Three units of HSBC Group have been fined GBP 3.185 million (USD $5.2 million) by Britain’s financial regulator for failing to protect consumer data from loss or theft.

The Financial Services Authority (FSA) said all three firms had been warned by HSBC Group Insurance’s compliance team about the need for robust data security controls in July 2007.

But in February 2008 an unencrypted CD containing the details of 180,000 policy holders was lost in the post.

The FSA said HSBC Life UK Ltd was fined GBP 1.61 million, HSBC Actuaries and Consultants Ltd was fined GBP 875,000 and HSBC Insurance Brokers Ltd was fined GBP 700,000.

HSBC said that no clients had reported losses as a result of these failures.

It said it found that large amounts of unencrypted customer data had been sent by post or courier to third parties.

Confidential information about customers was left on open shelves or in unlocked cabinets, and staff were not given sufficient training on identifying and managing risks like identity theft, the regulator said.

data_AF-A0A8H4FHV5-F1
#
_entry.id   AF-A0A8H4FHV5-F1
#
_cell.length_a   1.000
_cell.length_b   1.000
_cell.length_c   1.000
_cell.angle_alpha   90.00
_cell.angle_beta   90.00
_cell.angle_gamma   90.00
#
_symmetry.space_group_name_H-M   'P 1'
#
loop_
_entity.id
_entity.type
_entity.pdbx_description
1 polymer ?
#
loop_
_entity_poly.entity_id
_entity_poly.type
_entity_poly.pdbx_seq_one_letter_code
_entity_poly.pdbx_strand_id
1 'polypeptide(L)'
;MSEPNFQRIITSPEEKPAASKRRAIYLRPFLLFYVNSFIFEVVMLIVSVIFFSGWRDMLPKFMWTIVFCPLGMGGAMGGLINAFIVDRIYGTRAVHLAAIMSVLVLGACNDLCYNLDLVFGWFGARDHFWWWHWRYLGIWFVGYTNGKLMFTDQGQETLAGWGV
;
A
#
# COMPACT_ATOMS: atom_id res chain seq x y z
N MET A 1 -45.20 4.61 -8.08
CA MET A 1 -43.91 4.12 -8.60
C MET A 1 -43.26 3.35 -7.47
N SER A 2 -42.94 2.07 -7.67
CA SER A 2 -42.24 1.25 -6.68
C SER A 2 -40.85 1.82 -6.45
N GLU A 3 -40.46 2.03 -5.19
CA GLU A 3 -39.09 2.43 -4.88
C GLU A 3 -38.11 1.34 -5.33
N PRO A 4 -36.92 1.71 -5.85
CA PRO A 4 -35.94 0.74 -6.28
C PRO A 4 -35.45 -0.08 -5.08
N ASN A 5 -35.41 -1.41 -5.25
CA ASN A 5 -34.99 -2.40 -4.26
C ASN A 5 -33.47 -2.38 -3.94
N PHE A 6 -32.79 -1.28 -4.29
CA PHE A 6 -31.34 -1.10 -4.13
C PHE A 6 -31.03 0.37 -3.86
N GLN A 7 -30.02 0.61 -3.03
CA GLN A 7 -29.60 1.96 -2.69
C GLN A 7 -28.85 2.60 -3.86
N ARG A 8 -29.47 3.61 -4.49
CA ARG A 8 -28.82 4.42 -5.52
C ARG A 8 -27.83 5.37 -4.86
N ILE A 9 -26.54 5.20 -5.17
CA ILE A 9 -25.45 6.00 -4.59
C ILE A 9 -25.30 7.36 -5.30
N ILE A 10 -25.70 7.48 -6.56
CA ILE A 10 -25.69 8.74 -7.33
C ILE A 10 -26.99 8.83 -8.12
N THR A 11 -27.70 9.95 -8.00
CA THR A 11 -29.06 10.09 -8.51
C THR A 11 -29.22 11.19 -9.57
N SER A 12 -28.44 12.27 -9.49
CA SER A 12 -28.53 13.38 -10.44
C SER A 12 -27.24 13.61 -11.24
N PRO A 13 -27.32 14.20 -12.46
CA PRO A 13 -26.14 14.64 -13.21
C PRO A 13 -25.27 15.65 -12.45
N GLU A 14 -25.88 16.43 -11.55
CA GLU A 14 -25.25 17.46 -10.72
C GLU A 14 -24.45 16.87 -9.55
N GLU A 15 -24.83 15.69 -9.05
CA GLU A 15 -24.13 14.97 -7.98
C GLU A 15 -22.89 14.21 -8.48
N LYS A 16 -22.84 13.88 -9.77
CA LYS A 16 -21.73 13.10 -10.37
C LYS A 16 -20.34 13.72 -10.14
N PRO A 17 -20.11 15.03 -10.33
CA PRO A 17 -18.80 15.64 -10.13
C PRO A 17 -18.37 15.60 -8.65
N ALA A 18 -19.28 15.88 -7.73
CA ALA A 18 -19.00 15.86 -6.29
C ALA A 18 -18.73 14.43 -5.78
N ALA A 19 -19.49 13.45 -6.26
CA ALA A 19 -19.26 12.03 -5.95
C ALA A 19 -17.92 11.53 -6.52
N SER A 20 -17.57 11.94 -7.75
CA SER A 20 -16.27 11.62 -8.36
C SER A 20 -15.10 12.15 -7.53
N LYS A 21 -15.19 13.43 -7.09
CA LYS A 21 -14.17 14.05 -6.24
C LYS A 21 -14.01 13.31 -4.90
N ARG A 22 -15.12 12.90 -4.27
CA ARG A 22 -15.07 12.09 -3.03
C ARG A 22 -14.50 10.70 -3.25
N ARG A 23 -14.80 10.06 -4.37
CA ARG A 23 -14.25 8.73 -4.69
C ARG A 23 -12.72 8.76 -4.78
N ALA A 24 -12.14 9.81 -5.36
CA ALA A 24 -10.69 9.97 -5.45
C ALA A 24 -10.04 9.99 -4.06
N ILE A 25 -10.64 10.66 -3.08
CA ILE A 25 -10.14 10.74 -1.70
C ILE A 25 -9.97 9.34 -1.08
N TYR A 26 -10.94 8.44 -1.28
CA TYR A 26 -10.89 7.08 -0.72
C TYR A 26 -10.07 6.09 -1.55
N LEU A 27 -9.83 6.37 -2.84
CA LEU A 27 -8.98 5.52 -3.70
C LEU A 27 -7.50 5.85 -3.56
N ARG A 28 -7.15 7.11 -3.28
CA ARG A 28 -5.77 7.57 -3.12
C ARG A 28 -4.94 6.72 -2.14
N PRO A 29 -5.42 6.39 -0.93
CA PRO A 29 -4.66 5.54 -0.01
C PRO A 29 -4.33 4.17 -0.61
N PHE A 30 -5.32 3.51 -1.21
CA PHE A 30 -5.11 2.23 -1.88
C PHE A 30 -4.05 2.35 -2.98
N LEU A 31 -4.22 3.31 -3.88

Margaret Cole, the agency’s director of enforcement, said all three firms failed their customers by being careless with personal details which could have ended up in the hands of criminals.

"It is also worrying that increasing awareness around the importance of keeping personal information safe and the dangers of fraud did not prompt the firms to do more to protect their customers’ details," she said.

The largest previous fine for data protection failures was the GBP 1.26 million pounds assessed against Norwich Union.

HSBC said it had contacted customers who were potentially affected, and said 33,500 employees had received data protection training.

"We hold ourselves to the highest standards, but it is clear that in these instances we have fallen short, which we sincerely regret," said Clive Bannister, group managing director of HSBC Insurance.

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